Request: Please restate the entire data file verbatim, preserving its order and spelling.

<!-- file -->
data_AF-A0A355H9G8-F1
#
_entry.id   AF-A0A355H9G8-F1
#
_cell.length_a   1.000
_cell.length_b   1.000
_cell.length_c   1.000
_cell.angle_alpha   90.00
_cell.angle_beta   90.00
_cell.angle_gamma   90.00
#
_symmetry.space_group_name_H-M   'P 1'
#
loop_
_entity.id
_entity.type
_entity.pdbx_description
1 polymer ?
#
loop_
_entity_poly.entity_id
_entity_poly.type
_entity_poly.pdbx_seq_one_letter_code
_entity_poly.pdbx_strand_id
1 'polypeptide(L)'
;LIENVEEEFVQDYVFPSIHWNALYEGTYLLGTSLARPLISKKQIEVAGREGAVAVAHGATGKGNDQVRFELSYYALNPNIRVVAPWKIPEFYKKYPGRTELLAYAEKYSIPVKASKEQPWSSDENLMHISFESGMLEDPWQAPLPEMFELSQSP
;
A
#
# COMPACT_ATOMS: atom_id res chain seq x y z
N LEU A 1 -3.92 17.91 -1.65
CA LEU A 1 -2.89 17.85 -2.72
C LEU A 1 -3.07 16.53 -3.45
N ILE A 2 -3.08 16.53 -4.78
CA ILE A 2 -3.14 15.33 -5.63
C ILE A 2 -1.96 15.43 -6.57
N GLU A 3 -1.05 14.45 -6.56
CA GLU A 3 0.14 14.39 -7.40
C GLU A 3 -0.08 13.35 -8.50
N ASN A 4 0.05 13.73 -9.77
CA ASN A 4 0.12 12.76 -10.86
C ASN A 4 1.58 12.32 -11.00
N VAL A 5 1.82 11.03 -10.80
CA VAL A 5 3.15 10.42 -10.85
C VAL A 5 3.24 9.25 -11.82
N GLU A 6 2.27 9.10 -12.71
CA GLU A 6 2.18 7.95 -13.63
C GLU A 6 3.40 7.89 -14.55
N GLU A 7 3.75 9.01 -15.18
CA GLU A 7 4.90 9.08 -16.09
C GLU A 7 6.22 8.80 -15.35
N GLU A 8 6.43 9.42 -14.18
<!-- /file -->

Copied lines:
data_AF-A0A355H9G8-F1
#
_entry.id   AF-A0A355H9G8-F1
#
_cell.length_a   1.000
_cell.length_b   1.000
_cell.length_c   1.000
_cell.angle_alpha   90.00
_cell.angle_beta   90.00
_cell.angle_gamma   90.00
#
_symmetry.space_group_name_H-M   'P 1'
#
loop_
_entity.id
_entity.type
_entity.pdbx_description
1 polymer ?
#
loop_
_entity_poly.entity_id
_entity_poly.type
_entity_poly.pdbx_seq_one_letter_code
_entity_poly.pdbx_strand_id
1 'polypeptide(L)'
;LIENVEEEFVQDYVFPSIHWNALYEGTYLLGTSLARPLISKKQIEVAGREGAVAVAHGATGKGNDQVRFELSYYALNPNIRVVAPWKIPEFYKKYPGRTELLAYAEKYSIPVKASKEQPWSSDENLMHISFESGMLEDPWQAPLPEMFELSQSP
;
A
#
# COMPACT_ATOMS: atom_id res chain seq x y z
N LEU A 1 -3.92 17.91 -1.65
CA LEU A 1 -2.89 17.85 -2.72
C LEU A 1 -3.07 16.53 -3.45
N ILE A 2 -3.08 16.53 -4.78
CA ILE A 2 -3.14 15.33 -5.63
C ILE A 2 -1.96 15.43 -6.57
N GLU A 3 -1.05 14.45 -6.56
CA GLU A 3 0.14 14.39 -7.40
C GLU A 3 -0.08 13.35 -8.50
N ASN A 4 0.05 13.73 -9.77
CA ASN A 4 0.12 12.76 -10.86
C ASN A 4 1.58 12.32 -11.00
N VAL A 5 1.82 11.03 -10.80
CA VAL A 5 3.15 10.42 -10.85
C VAL A 5 3.24 9.25 -11.82
N GLU A 6 2.27 9.10 -12.71
CA GLU A 6 2.18 7.95 -13.63
C GLU A 6 3.40 7.89 -14.55
N GLU A 7 3.75 9.01 -15.18
CA GLU A 7 4.90 9.08 -16.09
C GLU A 7 6.22 8.80 -15.35
N GLU A 8 6.43 9.42 -14.18